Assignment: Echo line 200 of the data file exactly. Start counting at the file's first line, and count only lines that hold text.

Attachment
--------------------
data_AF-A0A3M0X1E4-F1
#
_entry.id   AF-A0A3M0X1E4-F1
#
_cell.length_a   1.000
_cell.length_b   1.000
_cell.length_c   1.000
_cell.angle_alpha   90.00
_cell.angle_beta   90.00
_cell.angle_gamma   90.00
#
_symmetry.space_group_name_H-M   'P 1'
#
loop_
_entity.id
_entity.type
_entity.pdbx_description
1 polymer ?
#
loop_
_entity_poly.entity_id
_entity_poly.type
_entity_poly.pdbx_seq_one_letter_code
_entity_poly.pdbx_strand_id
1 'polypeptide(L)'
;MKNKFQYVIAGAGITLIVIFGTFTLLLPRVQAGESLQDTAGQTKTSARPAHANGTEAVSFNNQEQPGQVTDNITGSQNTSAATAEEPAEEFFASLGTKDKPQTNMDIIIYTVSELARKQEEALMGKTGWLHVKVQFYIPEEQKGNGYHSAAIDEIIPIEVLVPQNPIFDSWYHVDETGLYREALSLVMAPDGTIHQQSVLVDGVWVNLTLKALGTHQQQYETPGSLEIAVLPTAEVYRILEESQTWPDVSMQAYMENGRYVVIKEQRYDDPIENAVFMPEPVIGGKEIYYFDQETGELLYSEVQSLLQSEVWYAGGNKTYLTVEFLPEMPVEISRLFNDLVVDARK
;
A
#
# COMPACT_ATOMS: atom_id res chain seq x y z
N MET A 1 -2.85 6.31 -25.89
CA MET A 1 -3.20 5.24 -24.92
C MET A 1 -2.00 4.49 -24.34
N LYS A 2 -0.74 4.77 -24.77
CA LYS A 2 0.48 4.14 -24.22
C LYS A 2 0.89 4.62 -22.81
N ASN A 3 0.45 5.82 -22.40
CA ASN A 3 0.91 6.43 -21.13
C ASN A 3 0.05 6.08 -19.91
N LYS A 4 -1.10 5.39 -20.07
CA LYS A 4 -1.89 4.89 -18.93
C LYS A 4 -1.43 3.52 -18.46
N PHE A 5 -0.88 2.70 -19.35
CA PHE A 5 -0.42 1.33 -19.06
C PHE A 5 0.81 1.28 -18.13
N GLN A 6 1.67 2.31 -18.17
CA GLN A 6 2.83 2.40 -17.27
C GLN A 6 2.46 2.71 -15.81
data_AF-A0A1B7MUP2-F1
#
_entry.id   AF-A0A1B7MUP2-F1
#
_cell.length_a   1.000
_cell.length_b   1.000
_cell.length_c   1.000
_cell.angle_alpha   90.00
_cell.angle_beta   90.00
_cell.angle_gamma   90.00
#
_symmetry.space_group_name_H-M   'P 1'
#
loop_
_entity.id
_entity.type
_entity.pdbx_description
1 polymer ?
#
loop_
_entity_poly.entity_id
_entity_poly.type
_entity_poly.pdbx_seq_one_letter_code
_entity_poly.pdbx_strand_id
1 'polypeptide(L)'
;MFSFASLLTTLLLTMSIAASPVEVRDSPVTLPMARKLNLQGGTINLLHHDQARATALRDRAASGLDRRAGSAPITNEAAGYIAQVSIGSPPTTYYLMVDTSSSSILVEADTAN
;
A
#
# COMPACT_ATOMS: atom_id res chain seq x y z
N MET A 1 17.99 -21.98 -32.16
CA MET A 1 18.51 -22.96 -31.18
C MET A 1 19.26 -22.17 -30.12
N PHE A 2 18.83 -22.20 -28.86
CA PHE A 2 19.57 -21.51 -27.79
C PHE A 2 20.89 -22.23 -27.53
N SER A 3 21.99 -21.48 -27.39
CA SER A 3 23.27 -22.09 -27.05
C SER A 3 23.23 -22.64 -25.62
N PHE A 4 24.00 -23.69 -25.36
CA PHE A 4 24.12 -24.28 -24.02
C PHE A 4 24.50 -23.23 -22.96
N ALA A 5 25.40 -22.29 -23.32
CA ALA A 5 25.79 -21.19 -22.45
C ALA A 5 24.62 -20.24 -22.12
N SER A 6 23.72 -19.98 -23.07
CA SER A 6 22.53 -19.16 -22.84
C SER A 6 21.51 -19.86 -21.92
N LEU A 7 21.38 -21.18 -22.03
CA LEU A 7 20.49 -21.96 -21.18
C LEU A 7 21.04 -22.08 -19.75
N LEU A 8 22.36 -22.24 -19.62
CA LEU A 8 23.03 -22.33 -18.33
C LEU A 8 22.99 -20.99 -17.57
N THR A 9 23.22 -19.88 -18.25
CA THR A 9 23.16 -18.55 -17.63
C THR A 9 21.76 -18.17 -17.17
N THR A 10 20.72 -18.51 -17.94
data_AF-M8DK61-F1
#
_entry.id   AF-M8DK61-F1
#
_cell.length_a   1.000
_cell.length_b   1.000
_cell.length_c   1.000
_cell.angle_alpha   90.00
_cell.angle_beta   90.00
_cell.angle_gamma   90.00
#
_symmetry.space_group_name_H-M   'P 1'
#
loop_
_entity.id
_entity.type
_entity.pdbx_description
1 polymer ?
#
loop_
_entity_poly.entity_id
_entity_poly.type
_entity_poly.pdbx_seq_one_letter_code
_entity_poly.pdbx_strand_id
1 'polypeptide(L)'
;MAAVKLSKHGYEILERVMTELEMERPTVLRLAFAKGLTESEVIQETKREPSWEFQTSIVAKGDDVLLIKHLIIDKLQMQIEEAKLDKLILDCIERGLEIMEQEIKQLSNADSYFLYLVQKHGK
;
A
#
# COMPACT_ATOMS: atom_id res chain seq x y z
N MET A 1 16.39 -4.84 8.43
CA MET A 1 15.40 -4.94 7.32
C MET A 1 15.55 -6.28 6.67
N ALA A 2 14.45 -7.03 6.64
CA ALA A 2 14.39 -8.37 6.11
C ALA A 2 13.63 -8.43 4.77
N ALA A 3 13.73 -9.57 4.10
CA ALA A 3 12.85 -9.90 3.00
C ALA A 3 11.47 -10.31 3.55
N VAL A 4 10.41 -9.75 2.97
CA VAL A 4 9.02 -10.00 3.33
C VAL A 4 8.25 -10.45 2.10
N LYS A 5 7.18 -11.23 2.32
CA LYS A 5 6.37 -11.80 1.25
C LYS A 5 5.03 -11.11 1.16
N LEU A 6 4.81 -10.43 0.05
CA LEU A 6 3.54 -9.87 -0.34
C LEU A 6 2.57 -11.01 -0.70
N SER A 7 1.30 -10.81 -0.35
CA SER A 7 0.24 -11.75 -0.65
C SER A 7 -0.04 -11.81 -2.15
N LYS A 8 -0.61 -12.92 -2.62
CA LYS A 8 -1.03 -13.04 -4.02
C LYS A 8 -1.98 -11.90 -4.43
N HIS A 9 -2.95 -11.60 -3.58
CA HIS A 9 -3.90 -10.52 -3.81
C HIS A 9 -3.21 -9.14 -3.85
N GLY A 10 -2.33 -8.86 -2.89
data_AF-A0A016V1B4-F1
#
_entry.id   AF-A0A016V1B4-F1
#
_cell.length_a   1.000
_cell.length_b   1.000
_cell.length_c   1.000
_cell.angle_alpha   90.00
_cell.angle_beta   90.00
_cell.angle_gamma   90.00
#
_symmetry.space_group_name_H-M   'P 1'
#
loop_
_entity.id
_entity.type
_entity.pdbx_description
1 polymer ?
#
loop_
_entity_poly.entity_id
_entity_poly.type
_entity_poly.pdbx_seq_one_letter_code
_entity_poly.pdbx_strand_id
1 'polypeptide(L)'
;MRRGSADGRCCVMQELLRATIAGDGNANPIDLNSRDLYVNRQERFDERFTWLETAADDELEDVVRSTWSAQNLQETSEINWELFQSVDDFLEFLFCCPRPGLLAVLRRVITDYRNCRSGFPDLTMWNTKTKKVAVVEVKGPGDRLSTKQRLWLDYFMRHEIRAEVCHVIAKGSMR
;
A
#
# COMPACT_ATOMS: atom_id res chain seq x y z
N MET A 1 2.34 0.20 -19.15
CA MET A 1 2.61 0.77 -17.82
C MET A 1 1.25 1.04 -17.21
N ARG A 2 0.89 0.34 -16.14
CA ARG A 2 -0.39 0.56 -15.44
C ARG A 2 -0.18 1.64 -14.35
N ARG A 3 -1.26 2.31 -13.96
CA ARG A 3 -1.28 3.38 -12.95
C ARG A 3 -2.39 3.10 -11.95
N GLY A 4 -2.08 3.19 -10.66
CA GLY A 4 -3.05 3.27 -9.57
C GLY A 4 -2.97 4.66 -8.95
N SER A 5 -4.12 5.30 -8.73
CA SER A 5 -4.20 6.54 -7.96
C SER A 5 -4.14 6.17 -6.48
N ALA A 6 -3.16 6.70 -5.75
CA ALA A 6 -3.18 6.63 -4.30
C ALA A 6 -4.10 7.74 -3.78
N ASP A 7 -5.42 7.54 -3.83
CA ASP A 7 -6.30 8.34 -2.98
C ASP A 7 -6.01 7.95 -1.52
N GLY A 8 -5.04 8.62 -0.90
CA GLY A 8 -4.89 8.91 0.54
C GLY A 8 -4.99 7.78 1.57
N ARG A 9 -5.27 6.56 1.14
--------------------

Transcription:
C ARG A 2 -0.18 1.64 -14.35